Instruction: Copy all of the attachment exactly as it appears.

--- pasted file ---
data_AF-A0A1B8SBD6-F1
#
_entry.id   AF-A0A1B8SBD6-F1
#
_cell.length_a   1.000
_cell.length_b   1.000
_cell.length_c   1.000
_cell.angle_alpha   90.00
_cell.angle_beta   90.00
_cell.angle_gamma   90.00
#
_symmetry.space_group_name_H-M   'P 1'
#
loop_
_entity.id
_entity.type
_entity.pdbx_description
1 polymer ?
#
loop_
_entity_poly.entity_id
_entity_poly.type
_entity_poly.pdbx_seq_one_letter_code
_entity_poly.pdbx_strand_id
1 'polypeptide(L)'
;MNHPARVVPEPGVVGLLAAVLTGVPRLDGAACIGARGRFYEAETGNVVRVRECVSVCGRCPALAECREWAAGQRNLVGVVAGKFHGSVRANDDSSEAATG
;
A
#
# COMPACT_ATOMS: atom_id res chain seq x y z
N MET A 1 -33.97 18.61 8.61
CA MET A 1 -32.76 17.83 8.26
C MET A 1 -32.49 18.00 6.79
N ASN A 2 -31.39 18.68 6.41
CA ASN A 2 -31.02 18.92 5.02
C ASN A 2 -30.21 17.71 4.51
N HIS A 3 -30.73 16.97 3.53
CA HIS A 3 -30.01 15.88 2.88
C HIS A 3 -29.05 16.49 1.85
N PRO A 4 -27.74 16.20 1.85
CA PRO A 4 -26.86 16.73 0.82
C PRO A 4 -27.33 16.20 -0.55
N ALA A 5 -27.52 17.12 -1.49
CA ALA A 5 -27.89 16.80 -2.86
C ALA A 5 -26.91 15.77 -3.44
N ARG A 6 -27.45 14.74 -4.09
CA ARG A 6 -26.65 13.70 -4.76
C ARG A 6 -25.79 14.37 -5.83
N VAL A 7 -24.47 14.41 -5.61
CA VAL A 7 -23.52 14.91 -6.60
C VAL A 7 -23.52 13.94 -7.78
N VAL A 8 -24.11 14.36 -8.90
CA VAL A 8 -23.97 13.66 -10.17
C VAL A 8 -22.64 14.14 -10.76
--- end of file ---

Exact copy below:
data_AF-A0A1B8SBD6-F1
#
_entry.id   AF-A0A1B8SBD6-F1
#
_cell.length_a   1.000
_cell.length_b   1.000
_cell.length_c   1.000
_cell.angle_alpha   90.00
_cell.angle_beta   90.00
_cell.angle_gamma   90.00
#
_symmetry.space_group_name_H-M   'P 1'
#
loop_
_entity.id
_entity.type
_entity.pdbx_description
1 polymer ?
#
loop_
_entity_poly.entity_id
_entity_poly.type
_entity_poly.pdbx_seq_one_letter_code
_entity_poly.pdbx_strand_id
1 'polypeptide(L)'
;MNHPARVVPEPGVVGLLAAVLTGVPRLDGAACIGARGRFYEAETGNVVRVRECVSVCGRCPALAECREWAAGQRNLVGVVAGKFHGSVRANDDSSEAATG
;
A
#
# COMPACT_ATOMS: atom_id res chain seq x y z
N MET A 1 -33.97 18.61 8.61
CA MET A 1 -32.76 17.83 8.26
C MET A 1 -32.49 18.00 6.79
N ASN A 2 -31.39 18.68 6.41
CA ASN A 2 -31.02 18.92 5.02
C ASN A 2 -30.21 17.71 4.51
N HIS A 3 -30.73 16.97 3.53
CA HIS A 3 -30.01 15.88 2.88
C HIS A 3 -29.05 16.49 1.85
N PRO A 4 -27.74 16.20 1.85
CA PRO A 4 -26.86 16.73 0.82
C PRO A 4 -27.33 16.20 -0.55
N ALA A 5 -27.52 17.12 -1.49
CA ALA A 5 -27.89 16.80 -2.86
C ALA A 5 -26.91 15.77 -3.44
N ARG A 6 -27.45 14.74 -4.09
CA ARG A 6 -26.65 13.70 -4.76
C ARG A 6 -25.79 14.37 -5.83
N VAL A 7 -24.47 14.41 -5.61
CA VAL A 7 -23.52 14.91 -6.60
C VAL A 7 -23.52 13.94 -7.78
N VAL A 8 -24.11 14.36 -8.90
CA VAL A 8 -23.97 13.66 -10.17
C VAL A 8 -22.64 14.14 -10.76